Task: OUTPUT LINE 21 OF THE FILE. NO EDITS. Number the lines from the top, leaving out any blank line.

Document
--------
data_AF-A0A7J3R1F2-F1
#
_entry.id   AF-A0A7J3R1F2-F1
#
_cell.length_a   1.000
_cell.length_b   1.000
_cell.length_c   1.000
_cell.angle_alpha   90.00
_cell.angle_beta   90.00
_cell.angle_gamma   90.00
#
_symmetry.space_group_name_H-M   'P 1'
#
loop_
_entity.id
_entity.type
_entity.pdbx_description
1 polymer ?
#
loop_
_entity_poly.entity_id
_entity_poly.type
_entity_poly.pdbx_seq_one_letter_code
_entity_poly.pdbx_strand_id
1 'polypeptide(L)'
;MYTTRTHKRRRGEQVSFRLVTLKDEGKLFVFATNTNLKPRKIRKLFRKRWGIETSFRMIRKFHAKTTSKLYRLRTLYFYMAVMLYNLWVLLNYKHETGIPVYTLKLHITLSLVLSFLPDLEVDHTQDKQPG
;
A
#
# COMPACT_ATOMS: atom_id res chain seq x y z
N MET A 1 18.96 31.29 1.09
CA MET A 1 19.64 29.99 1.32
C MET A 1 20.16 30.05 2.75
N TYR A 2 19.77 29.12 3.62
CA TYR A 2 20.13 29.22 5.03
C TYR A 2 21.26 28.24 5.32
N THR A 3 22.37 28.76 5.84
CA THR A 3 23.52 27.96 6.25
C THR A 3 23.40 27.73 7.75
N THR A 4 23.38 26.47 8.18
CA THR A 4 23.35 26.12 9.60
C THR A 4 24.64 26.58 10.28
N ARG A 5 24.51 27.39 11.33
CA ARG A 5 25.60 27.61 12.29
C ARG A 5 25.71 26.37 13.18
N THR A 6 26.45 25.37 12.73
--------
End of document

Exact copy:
_entity_poly.entity_id